This follows an earlier comment in early 2016 from Sony's software product development head Scott Rhode, who told MTV: "Very soon we'll start thinking about what we'll do next. That's the culture at Sony. We always have to do something that's bigger and better than what's already been done."
Sony UK boss Fergal Gara added that "It's probably a sign of the times and how much has changed in seven years, but I think the willingness and the appetite to pick up new technology fast has probably changed quite a bit." For the next few years, though, he said Sony will be putting its weight behind the PS4.
Ubisoft CEO Yves Guillemot told Gamespot: "As Sony launched PlayStation 4 Pro last year and Microsoft Xbox One X this year, we think we still have a minimum of two years in front of us before something new is coming," adding "But that's our perception, we don't have any confidential information on that front."
The gaps between PlayStation releases have been getting longer and longer, so fans could indeed have a while to wait for the PS5. There were five years and three months between the original PlayStation and the PS2, then a further six years and eight months before the PS3. The PS4 came almost exactly seven years later, in November 2013, so we should probably expect to wait at least that long for the PS5 - suggesting the earliest likely release would be November 2020.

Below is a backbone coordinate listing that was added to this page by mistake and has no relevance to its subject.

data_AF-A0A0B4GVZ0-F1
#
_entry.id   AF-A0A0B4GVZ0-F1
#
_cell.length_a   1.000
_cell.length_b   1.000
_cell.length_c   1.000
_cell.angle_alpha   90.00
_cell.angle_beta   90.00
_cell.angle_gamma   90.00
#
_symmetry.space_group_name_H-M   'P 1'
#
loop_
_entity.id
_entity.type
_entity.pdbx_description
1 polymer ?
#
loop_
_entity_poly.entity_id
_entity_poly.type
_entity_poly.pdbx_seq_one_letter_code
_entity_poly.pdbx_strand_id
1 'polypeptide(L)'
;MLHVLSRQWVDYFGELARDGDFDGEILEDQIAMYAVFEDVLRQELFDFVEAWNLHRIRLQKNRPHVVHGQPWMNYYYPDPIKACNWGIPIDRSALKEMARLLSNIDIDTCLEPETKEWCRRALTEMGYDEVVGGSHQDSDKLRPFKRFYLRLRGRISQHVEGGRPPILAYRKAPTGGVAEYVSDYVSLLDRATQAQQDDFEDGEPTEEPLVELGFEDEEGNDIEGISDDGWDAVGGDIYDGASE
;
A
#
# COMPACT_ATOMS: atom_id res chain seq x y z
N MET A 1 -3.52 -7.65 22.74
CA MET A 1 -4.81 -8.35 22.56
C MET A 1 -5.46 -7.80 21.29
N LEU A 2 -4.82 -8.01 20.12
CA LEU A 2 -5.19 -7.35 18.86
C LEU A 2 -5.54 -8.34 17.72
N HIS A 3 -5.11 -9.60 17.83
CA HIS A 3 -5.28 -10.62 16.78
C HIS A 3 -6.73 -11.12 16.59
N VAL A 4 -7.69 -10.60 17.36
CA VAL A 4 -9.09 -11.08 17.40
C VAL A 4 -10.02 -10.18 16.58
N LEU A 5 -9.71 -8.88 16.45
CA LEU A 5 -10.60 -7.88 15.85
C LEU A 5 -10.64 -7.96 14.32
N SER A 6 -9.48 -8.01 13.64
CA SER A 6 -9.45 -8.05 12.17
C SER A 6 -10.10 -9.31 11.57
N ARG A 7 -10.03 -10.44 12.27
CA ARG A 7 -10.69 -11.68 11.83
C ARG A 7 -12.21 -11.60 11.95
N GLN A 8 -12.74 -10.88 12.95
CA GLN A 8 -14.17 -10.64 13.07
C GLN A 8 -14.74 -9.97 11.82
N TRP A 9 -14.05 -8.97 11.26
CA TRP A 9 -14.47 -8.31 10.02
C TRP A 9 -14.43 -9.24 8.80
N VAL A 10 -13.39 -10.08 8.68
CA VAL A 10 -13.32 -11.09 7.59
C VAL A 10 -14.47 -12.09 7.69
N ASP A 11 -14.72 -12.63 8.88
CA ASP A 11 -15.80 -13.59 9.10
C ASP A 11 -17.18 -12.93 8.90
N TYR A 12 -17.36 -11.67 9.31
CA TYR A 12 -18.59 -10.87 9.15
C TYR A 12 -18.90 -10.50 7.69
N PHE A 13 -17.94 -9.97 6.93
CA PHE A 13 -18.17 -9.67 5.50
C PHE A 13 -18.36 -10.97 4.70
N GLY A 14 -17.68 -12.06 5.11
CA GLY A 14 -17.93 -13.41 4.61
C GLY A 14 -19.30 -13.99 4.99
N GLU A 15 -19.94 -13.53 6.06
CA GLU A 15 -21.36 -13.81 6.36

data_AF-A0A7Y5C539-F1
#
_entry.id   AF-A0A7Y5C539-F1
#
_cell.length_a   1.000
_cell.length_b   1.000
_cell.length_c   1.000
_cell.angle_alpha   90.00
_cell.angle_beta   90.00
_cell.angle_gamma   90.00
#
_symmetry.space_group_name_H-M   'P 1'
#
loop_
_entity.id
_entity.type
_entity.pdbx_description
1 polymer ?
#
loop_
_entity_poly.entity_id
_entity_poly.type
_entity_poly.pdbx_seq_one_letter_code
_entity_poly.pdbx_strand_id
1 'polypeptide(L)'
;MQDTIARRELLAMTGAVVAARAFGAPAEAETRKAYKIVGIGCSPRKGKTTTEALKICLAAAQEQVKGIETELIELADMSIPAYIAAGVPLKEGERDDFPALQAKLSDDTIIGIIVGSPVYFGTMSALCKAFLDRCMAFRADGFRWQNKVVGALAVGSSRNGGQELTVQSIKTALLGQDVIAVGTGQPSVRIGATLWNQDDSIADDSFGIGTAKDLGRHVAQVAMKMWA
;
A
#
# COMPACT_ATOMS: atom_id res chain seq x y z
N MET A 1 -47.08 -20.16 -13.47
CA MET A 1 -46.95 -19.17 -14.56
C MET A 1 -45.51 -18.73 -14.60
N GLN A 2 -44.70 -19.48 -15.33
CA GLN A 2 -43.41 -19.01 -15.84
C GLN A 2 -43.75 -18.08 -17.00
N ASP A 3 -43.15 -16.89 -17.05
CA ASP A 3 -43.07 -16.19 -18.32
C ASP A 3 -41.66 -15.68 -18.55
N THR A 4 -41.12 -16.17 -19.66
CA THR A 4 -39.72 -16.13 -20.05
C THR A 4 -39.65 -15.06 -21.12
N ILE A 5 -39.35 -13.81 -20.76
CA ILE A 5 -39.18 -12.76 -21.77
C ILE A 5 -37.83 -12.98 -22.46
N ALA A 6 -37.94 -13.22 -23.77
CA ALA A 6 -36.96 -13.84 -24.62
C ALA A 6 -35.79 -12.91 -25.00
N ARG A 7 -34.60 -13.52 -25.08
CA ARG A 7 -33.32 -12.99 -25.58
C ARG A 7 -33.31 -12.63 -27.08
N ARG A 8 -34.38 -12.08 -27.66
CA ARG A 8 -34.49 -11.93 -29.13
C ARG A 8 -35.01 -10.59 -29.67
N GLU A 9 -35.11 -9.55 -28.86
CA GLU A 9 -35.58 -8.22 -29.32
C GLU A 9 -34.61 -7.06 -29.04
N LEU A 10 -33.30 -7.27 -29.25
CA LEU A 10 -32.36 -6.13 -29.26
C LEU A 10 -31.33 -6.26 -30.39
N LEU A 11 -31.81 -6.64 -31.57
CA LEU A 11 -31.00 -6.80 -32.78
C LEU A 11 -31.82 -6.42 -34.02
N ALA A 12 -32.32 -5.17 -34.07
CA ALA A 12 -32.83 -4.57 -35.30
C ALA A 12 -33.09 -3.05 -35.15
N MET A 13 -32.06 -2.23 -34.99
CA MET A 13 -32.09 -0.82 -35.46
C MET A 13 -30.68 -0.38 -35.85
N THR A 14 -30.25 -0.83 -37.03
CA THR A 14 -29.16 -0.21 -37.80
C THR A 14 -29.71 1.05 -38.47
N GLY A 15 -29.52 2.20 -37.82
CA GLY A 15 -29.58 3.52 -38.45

Games consoles are naturally long-lifecycle products, with customers investing considerable expense in both the platform and its proprietary titles. However, Sony is reportedly working on shorter timeframes between its PlayStation launches.
Of course, we'll update this article as soon as more concrete details on the PS5 release date are available.
How much will it cost?